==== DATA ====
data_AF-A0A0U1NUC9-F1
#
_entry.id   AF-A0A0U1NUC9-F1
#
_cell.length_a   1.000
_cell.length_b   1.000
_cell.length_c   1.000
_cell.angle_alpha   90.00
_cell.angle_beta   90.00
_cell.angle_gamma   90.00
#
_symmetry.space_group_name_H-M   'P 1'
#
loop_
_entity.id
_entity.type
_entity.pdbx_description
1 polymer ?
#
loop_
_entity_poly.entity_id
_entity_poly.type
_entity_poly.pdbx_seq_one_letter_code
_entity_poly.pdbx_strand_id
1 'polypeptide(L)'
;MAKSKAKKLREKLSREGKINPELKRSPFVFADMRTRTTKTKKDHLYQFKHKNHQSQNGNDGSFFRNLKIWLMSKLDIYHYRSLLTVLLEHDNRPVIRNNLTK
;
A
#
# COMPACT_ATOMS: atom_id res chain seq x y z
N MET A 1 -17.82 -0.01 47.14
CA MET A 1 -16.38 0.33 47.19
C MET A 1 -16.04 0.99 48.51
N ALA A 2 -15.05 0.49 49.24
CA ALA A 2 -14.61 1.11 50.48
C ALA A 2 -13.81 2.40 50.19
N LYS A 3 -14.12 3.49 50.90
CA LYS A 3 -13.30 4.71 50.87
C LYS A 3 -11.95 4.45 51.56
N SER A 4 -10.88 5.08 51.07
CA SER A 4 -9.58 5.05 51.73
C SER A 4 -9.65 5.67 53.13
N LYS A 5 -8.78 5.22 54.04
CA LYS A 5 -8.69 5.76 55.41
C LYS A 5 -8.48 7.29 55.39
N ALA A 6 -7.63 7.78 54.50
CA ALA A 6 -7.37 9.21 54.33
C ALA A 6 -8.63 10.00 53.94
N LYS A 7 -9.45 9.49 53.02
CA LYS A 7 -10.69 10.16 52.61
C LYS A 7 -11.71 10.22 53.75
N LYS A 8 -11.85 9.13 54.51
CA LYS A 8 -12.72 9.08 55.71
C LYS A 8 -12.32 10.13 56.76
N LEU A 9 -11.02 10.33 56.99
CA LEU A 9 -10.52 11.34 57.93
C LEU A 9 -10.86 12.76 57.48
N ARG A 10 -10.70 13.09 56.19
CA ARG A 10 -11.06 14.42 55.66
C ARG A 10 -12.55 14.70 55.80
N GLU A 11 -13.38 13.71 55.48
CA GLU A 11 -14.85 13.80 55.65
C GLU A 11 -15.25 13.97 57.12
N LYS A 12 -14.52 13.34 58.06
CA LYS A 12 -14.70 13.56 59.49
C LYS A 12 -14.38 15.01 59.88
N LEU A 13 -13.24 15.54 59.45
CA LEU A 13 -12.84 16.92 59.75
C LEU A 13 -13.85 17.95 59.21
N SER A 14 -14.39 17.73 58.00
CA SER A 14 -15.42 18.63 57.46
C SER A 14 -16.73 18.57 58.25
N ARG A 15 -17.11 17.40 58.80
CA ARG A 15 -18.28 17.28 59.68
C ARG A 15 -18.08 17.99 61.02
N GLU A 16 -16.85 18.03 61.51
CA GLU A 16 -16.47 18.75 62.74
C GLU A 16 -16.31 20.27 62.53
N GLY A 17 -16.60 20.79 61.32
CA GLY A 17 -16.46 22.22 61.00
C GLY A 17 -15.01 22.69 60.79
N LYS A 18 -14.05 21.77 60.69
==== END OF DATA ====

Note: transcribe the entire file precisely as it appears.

data_AF-A0A0U1NUC9-F1
#
_entry.id   AF-A0A0U1NUC9-F1
#
_cell.length_a   1.000
_cell.length_b   1.000
_cell.length_c   1.000
_cell.angle_alpha   90.00
_cell.angle_beta   90.00
_cell.angle_gamma   90.00
#
_symmetry.space_group_name_H-M   'P 1'
#
loop_
_entity.id
_entity.type
_entity.pdbx_description
1 polymer ?
#
loop_
_entity_poly.entity_id
_entity_poly.type
_entity_poly.pdbx_seq_one_letter_code
_entity_poly.pdbx_strand_id
1 'polypeptide(L)'
;MAKSKAKKLREKLSREGKINPELKRSPFVFADMRTRTTKTKKDHLYQFKHKNHQSQNGNDGSFFRNLKIWLMSKLDIYHYRSLLTVLLEHDNRPVIRNNLTK
;
A
#
# COMPACT_ATOMS: atom_id res chain seq x y z
N MET A 1 -17.82 -0.01 47.14
CA MET A 1 -16.38 0.33 47.19
C MET A 1 -16.04 0.99 48.51
N ALA A 2 -15.05 0.49 49.24
CA ALA A 2 -14.61 1.11 50.48
C ALA A 2 -13.81 2.40 50.19
N LYS A 3 -14.12 3.49 50.90
CA LYS A 3 -13.30 4.71 50.87
C LYS A 3 -11.95 4.45 51.56
N SER A 4 -10.88 5.08 51.07
CA SER A 4 -9.58 5.05 51.73
C SER A 4 -9.65 5.67 53.13
N LYS A 5 -8.78 5.22 54.04
CA LYS A 5 -8.69 5.76 55.41
C LYS A 5 -8.48 7.29 55.39
N ALA A 6 -7.63 7.78 54.50
CA ALA A 6 -7.37 9.21 54.33
C ALA A 6 -8.63 10.00 53.94
N LYS A 7 -9.45 9.49 53.02
CA LYS A 7 -10.69 10.16 52.61
C LYS A 7 -11.71 10.22 53.75
N LYS A 8 -11.85 9.13 54.51
CA LYS A 8 -12.72 9.08 55.71
C LYS A 8 -12.32 10.13 56.76
N LEU A 9 -11.02 10.33 56.99
CA LEU A 9 -10.52 11.34 57.93
C LEU A 9 -10.86 12.76 57.48
N ARG A 10 -10.70 13.09 56.19
CA ARG A 10 -11.06 14.42 55.66
C ARG A 10 -12.55 14.70 55.80
N GLU A 11 -13.38 13.71 55.48
CA GLU A 11 -14.85 13.80 55.65
C GLU A 11 -15.25 13.97 57.12
N LYS A 12 -14.52 13.34 58.06
CA LYS A 12 -14.70 13.56 59.49
C LYS A 12 -14.38 15.01 59.88
N LEU A 13 -13.24 15.54 59.45
CA LEU A 13 -12.84 16.92 59.75
C LEU A 13 -13.85 17.95 59.21
N SER A 14 -14.39 17.73 58.00
CA SER A 14 -15.42 18.63 57.46
C SER A 14 -16.73 18.57 58.25
N ARG A 15 -17.11 17.40 58.80
CA ARG A 15 -18.28 17.28 59.68
C ARG A 15 -18.08 17.99 61.02
N GLU A 16 -16.85 18.03 61.51
CA GLU A 16 -16.47 18.75 62.74
C GLU A 16 -16.31 20.27 62.53
N GLY A 17 -16.60 20.79 61.32
CA GLY A 17 -16.46 22.22 61.00
C GLY A 17 -15.01 22.69 60.79
N LYS A 18 -14.05 21.77 60.69